First, to correct you: that was not Advisor; that was Checklinks.
On the Checklinks tool page, I tried to access the links, but it said that they were dead.
I made the tool update the accessdates (so people could know that they were recently tried), but I had no idea there was a certain format for the dates.
As I've told you before, I know not to blindly accept changes from scripts/tools. I didn't know there were any problems with the changes. Allen (talk) 01:57, 26 March 2012 (UTC)
Your edit summary said Advisor at the end, hence the confusion, and I wasn't taking issue with tagging the dead links, was I?
As for updating the access dates, bad idea. Let's say that I'm dealing with the H-58 article. H-58 was paved through the Pictured Rocks National Lakeshore in a project that ended in 2010. If the citation says that the NPS page on road construction was accessed on March 25, 2012 (which now says that the project is done), then it would seem odd if the article said that the highway construction was "in progress". Well, the citation might have said that the page was accessed on July 1, 2010, when the project was in progress, and the NPS page did confirm that. If the page is cached in the Wayback Machine, we could confirm that the page did say that on the version closest to that older retrieval date. That's actually the point behind access dates in citations: it allows us to verify against the version of the source that the writer is citing. (Yes, in my example, we'd be verifying out of date information, but it's the first example that comes to mind where the link would be changed. Depending on how the article is written, we might actually want to cite something off that older version in the history section.)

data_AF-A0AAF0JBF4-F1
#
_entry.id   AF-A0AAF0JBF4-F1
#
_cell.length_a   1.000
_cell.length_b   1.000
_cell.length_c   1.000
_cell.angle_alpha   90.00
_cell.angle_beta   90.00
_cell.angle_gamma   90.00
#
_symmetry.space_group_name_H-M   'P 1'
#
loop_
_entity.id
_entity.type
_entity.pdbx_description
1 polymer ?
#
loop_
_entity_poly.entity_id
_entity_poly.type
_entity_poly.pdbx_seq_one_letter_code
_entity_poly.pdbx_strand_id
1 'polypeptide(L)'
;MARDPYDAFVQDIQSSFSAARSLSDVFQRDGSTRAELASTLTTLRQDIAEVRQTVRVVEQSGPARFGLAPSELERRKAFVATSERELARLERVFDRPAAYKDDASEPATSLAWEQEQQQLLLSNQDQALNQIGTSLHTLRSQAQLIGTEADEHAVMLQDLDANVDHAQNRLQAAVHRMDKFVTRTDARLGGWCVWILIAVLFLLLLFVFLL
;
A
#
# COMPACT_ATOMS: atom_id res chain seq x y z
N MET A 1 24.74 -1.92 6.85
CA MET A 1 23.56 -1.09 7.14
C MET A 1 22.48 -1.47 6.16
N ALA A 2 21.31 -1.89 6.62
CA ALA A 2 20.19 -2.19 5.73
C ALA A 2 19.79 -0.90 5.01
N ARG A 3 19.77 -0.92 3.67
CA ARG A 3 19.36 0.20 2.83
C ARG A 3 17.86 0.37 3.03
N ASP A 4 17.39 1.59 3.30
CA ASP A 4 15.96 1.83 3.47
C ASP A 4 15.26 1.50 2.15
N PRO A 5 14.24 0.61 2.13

The only time I use today's date for access dates in citations is if a) I accessed the source today and used information from it for the first time, b) if the citation doesn't have a date at all, and I verified that the page content still verifies the information, or c) if the URL changed and the new source location lists a update date that would make the old access date out of place, and the page content still verifies the information. (If the page doesn't still verify the information, I need to update the article text too.)
When dealing with links that go dead, I try to resurrect them first before tagging them. The easiest manner is to search Google for the title of the webpage to see if it comes up at a new URL. The second is search the dead URL at the Wayback Machine to see if it's been archived. If so, you should use the version that comes up immediately before the access date. archive.org can take 18 months before pages appear, so if that doesn't work, just tag it and move on. If it's a source from a newspaper that should have appeared in print as well as online, just remove the URL.
As for date formatting, if the publication and access dates in the other citations are in Month DD, YYYY format, then your additions should be as well for consistency. When they aren't, that's how we end up with articles with a half dozen date formats that take a while to clean up for consistency. Imzadi 1979  03:24, 26 March 2012 (UTC)